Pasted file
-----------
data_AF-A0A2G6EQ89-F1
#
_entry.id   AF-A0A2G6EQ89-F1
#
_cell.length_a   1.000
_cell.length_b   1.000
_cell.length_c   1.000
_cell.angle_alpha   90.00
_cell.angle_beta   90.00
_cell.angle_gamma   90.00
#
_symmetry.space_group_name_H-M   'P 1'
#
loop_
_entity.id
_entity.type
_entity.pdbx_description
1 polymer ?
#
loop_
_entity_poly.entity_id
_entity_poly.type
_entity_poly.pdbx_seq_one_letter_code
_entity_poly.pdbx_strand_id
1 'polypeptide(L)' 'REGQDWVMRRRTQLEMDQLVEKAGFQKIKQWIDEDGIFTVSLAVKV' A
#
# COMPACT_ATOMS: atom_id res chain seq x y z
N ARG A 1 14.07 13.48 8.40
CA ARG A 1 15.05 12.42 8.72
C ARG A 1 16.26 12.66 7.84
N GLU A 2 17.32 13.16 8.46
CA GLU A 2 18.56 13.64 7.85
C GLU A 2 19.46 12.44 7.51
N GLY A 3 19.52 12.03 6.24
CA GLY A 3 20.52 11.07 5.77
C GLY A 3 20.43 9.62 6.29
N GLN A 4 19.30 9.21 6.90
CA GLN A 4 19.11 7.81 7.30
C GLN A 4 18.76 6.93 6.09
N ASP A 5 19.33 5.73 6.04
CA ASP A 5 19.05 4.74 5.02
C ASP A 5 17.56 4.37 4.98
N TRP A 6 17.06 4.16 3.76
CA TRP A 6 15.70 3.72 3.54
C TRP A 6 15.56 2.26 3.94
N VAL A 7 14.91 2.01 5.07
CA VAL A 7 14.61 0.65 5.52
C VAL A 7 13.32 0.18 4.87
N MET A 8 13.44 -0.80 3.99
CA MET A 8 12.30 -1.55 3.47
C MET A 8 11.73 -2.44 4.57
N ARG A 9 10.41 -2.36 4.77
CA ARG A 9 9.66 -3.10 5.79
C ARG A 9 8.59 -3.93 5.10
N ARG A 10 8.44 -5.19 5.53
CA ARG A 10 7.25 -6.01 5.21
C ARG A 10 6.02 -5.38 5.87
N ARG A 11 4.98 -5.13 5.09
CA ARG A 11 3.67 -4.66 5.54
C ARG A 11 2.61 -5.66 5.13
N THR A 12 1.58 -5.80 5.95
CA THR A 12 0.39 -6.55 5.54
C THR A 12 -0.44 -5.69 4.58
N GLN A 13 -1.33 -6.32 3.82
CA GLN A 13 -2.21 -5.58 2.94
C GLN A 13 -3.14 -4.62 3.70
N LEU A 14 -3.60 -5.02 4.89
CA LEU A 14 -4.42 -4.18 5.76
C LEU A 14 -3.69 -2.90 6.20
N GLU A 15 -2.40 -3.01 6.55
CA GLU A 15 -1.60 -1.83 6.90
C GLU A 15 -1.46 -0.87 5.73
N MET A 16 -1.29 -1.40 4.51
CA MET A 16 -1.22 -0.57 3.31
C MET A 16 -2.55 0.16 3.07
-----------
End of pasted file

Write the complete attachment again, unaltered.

data_AF-A0A2G6EQ89-F1
#
_entry.id   AF-A0A2G6EQ89-F1
#
_cell.length_a   1.000
_cell.length_b   1.000
_cell.length_c   1.000
_cell.angle_alpha   90.00
_cell.angle_beta   90.00
_cell.angle_gamma   90.00
#
_symmetry.space_group_name_H-M   'P 1'
#
loop_
_entity.id
_entity.type
_entity.pdbx_description
1 polymer ?
#
loop_
_entity_poly.entity_id
_entity_poly.type
_entity_poly.pdbx_seq_one_letter_code
_entity_poly.pdbx_strand_id
1 'polypeptide(L)' 'REGQDWVMRRRTQLEMDQLVEKAGFQKIKQWIDEDGIFTVSLAVKV' A
#
# COMPACT_ATOMS: atom_id res chain seq x y z
N ARG A 1 14.07 13.48 8.40
CA ARG A 1 15.05 12.42 8.72
C ARG A 1 16.26 12.66 7.84
N GLU A 2 17.32 13.16 8.46
CA GLU A 2 18.56 13.64 7.85
C GLU A 2 19.46 12.44 7.51
N GLY A 3 19.52 12.03 6.24
CA GLY A 3 20.52 11.07 5.77
C GLY A 3 20.43 9.62 6.29
N GLN A 4 19.30 9.21 6.90
CA GLN A 4 19.11 7.81 7.30
C GLN A 4 18.76 6.93 6.09
N ASP A 5 19.33 5.73 6.04
CA ASP A 5 19.05 4.74 5.02
C ASP A 5 17.56 4.37 4.98
N TRP A 6 17.06 4.16 3.76
CA TRP A 6 15.70 3.72 3.54
C TRP A 6 15.56 2.26 3.94
N VAL A 7 14.91 2.01 5.07
CA VAL A 7 14.61 0.65 5.52
C VAL A 7 13.32 0.18 4.87
N MET A 8 13.44 -0.80 3.99
CA MET A 8 12.30 -1.55 3.47
C MET A 8 11.73 -2.44 4.57
N ARG A 9 10.41 -2.36 4.77
CA ARG A 9 9.66 -3.10 5.79
C ARG A 9 8.59 -3.93 5.10
N ARG A 10 8.44 -5.19 5.53
CA ARG A 10 7.25 -6.01 5.21
C ARG A 10 6.02 -5.38 5.87
N ARG A 11 4.98 -5.13 5.09
CA ARG A 11 3.67 -4.66 5.54
C ARG A 11 2.61 -5.66 5.13
N THR A 12 1.58 -5.80 5.95
CA THR A 12 0.39 -6.55 5.54
C THR A 12 -0.44 -5.69 4.58
N GLN A 13 -1.33 -6.32 3.82
CA GLN A 13 -2.21 -5.58 2.94
C GLN A 13 -3.14 -4.62 3.70
N LEU A 14 -3.60 -5.02 4.89
CA LEU A 14 -4.42 -4.18 5.76
C LEU A 14 -3.69 -2.90 6.20
N GLU A 15 -2.40 -3.01 6.55
CA GLU A 15 -1.60 -1.83 6.90
C GLU A 15 -1.46 -0.87 5.73
N MET A 16 -1.29 -1.40 4.51
CA MET A 16 -1.22 -0.57 3.31
C MET A 16 -2.55 0.16 3.07